The Ultimate Guide to AI at Amazon: Ratings & Reviews
Amazon Advertising – ACoS is Not Enough
One question I love asking marketers on Amazon is what are they trying to achieve by advertising on Amazon, particularly through sponsored ads? Most mature marketers will say something along the lines of:
- Grow incremental sale
- Grow market share
- Grow share of page one
Then I ask what metrics they track, optimize or measure their agency on. Almost invariably it’s ACoS (Advertising cost of sales) which is essentially how much money did you spend for $1 in ad attributed sales, or Ad spend divided by Paid sales. It’s understood that the lower the ACoS, the better the performance of your advertising campaigns.
Hmm…, this makes me scratch my head. How does optimizing on ACoS drive the objectives listed above? Here’s the challenge with an overreliance on ACoS:
- You are not looking at total sales;
- You are not looking at market share or performance relative to market;
- You are not looking at how many placements you are getting on important search terms compared to your competitors.
Clearly, there’s a misalignment between what marketers are optimizing for, and their objectives. This reminds me of a conversation I had with one of the brands selling on Amazon. They hired an agency that promised them 10% point improvement in ACoS within a month. Lo and behold, after a month they drove 12% point improvement. But, when they looked under the hood, they found the agency moved a large portion of budget from generic keyword to branded keyword.
Side note for people not familiar with keyword types: On Amazon you bid on keywords to show your ads for. It can be generic keywords like “diapers” or a branded keyword like “pampers diapers”.
On branded keywords, your ACoS metric will generally be better given the consumers are already looking for your products, as opposed to generic or category keywords where consumers have not yet made up their mind.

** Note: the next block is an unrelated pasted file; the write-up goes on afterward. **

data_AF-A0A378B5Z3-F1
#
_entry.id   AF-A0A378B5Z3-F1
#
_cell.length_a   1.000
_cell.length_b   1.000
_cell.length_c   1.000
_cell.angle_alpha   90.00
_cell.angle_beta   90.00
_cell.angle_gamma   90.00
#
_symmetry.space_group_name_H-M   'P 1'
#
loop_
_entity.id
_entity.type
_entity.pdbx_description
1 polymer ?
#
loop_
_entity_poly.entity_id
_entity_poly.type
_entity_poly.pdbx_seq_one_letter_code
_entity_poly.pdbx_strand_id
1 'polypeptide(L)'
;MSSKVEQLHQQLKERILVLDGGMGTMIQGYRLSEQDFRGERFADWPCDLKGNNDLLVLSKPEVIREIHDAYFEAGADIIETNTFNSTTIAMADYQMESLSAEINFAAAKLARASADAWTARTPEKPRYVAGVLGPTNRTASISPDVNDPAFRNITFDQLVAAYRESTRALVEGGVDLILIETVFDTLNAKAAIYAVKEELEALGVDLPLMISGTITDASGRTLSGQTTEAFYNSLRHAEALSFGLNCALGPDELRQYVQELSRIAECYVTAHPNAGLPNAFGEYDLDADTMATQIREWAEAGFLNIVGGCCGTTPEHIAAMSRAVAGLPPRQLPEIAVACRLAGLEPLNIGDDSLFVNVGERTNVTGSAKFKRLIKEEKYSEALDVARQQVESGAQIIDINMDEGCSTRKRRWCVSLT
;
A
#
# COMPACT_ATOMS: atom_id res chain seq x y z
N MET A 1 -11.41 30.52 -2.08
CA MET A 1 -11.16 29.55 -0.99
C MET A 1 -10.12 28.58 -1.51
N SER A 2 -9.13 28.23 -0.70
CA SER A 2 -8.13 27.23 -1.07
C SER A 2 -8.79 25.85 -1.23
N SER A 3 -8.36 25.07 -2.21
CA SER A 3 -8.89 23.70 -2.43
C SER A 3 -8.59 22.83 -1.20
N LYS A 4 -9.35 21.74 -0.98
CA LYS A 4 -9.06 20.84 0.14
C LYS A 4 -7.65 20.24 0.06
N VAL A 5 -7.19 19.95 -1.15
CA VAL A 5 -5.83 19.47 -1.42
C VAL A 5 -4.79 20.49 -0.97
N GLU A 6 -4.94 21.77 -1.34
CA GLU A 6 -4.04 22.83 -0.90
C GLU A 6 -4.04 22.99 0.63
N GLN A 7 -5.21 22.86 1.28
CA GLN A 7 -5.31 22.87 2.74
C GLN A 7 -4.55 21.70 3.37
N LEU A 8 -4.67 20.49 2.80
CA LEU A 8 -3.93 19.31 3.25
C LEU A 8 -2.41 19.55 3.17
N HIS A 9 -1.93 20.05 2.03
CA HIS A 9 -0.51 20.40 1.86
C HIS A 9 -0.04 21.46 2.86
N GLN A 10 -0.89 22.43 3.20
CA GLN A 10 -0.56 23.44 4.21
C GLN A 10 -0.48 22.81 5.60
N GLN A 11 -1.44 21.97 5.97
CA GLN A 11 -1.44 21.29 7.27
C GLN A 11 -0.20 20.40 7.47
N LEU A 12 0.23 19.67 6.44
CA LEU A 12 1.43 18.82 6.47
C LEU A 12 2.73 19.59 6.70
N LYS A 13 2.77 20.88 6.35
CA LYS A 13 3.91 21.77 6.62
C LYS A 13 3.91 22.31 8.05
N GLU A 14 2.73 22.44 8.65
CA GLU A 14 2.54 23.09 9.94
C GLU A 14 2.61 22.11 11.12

In reality, the above mentioned agency just cannibalized organic sales (a significant portion of people clicking on ads would have bought the products anyways). When the marketers finally looked at total sales, it actually declined by 4% in that period.
Note: this does not mean you should not bid on branded keywords. It is about picking the right keywords that augment your organic results so you can drive achievement of your goals.
So why does this misalignment happen?
Data: It all starts with lack of access to right data. Most ad tech tools and agencies just rely on campaign metrics provided through AMS portal/APIs (particularly on the vendor side). They don’t integrate retail operations data from vendor central (total sales, inventory, promotions etc) and do not have the technology to do competitive intelligence and understand share of voice.
Strategy playbook: Having a strategy playbook tied to your business goals is of utmost importance because it is very easy to get lost in tactical details and lose focus of your objectives. You also need to have the right metrics in place to measure your goals. E.g., if you are launching a new product, you need to be clear whether your objective is to drive brand awareness, in which case the metric you should track is impressions growth. If you want to drive incremental growth, you need to track share of page 1 and incremental ROI or true ROI, and you should have strategies to target high volume keywords where your share of page 1 is low. Having the right strategies, metrics and feedback loop is very important to ensure you are meeting your objectives
Holistic Reporting: Amazon works as a flywheel where everything is interconnected. You can’t just look at advertising metrics in isolation to make decisions. You need to get a holistic picture of your sales operations, advertising, supply chain, share of voice and competitor metrics to align your business with the Amazon flywheel. E.g., If your sales team starts running a promotion or deal, you need to feed it with traffic through AMS and ensure that there are enough PO’s in place so you do not go out of stock. Typically, organizations work in silos which can often result in individual functional metrics that look good, but your overall business may suffer.
Automation: Campaign management is becoming more and more like algorithmic stock trading. Things move on a minute by minute basis on Amazon and you need to have end to end automation to capture data, find patterns, generate recommendations and instantly take actions to avoid risk and take advantage of fleeting opportunities. E.g., immediately target a highly rated competitor ASIN as soon as it goes low on inventory or out of stock to capture share from competitors.